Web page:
FDTD simulations of electromagnetic responses in MM, MM, and MM are carried out by commercial software FDTD solution Lumericallumerical (). Thickness of Au film in metamaterial samples is 200 . However, in the FDTD simulation we adopted the thickness of Au film as = 4 , which satisfies the relation , with the setting of an override maximum mesh step size of dz = 1 and minimum mesh step size 0.00025 . As far as the relation holds, the thickness of Au is not relevant, since Au film itself does not support any resonances and THz resonances originate from the subwavelength structure of metamateriallumerical (); chen2006active (); fdtd ().
A unit cell of metamaterial has been set as the unit cell of FDTD simulation and the periodic boundary conditions are adopted in - and -directions and the perfectly matched layer boundary condition is adopted in -direction. In order to identify whether the broad high-energy resonance of MM stems from a coupling between neighboring DSRRs, we examined FDTD simulated extinction spectrum by varying the horizontal distance between DSRRs. And we found that there always exists the broad high-energy resonance with the identical spectral shape except for a decrease in the magnitude of extinction simply owing to a reduced number of meta-particles per unit area.
For the dielectric permittivity of -doped silicon substrate we employed the values obtained from THz spectrum measurement, and the dielectric permittivity of Au is adopted from CRC handbook weast1988crc (), which gives a typical value of at 2.0 THz.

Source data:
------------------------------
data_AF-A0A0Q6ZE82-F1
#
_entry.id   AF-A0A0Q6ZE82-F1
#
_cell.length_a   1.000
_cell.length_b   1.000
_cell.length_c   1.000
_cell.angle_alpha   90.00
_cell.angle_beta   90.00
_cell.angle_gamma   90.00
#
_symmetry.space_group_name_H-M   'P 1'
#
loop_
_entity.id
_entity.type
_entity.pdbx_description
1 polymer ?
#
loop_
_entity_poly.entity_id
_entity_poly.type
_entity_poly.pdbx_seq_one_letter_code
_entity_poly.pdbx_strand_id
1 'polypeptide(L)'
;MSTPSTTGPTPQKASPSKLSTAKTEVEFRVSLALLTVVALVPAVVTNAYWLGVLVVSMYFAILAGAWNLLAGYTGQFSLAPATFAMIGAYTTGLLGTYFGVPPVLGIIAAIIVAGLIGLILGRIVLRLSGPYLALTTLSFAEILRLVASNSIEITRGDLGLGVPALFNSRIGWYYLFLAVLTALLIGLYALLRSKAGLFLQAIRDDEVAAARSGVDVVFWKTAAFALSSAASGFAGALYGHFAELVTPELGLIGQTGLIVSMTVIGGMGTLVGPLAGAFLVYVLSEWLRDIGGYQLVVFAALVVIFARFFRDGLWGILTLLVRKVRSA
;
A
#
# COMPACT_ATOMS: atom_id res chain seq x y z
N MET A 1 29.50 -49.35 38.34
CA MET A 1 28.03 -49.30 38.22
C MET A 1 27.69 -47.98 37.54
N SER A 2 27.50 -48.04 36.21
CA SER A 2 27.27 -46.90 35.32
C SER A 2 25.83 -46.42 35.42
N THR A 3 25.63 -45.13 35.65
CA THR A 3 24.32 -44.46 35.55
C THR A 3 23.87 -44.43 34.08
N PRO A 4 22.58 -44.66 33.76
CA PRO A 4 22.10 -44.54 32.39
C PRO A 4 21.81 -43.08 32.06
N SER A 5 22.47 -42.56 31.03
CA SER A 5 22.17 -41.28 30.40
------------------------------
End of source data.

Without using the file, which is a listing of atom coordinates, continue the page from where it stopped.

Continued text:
Figure 4 shows the polarization-dependent optical density plots of (a) measured and (b) simulated THz extinction spectra of MM for a normally incident wave with -polarization, , (red curve) and -polarization, , (blue curve). Also shown are the extinction spectra of MM with -polarization, , (solid black curve) and -polarization, , (dashed black curve) and the extinction spectrum of MM (gray curve). MM exhibits polarization-independent broad resonance (gray curve), and the composite metamaterial MM shows polarization-dependent resonances (red and blue curve), which is associated with polarization-dependent meta-resonances of MM. Comparison of Fig. 4(a) and (b) shows that there is an excellent agreement between measured and simulated extinction spectra.
In the study of double Fano resonances taking place in MM, we closely examine the extinction spectra with -polarization, , which are re-plotted in Fig. 5. As a digression we deconvolute the extinction spectra of MM to 2 Lorentzian resonances. Figure 6 shows how the extinction spectrum of MM is composed of Lorentzian resonances. We find that the broad extinction spectrum of MM is a linear sum of one resonance with a width corresponding to (green curve) and the other resonance with a width corresponding to (cyan curve). Comparison of the sum of 2 Lorentzian resonances (solid gray curve) and the measured extinction spectrum (dashed gray curve) shows a good agreement. As will be discussed later, the Lorentzian resonance takes part in giving rise to double Fano resonances, while the Lorentzian resonance stays as a background absorption since the spectral location of resonance is far away from bright mode resonances of MM. Refer to Fig. 7 and its discussion as well as Tab. 1.
Let’s examine the characteristics of MM and MM spectra in Fig. 5(a). MM (black) possesses one low-energy resonance with a large oscillator strength at = 1.4THz and the other high-energy resonance with a small oscillator strength stretching with spanning from 1.8THz to 3.0THz. On the other hand, MM (gray) possesses a broad resonance which is a linear sum of = 1.8THz and = 2.3THz.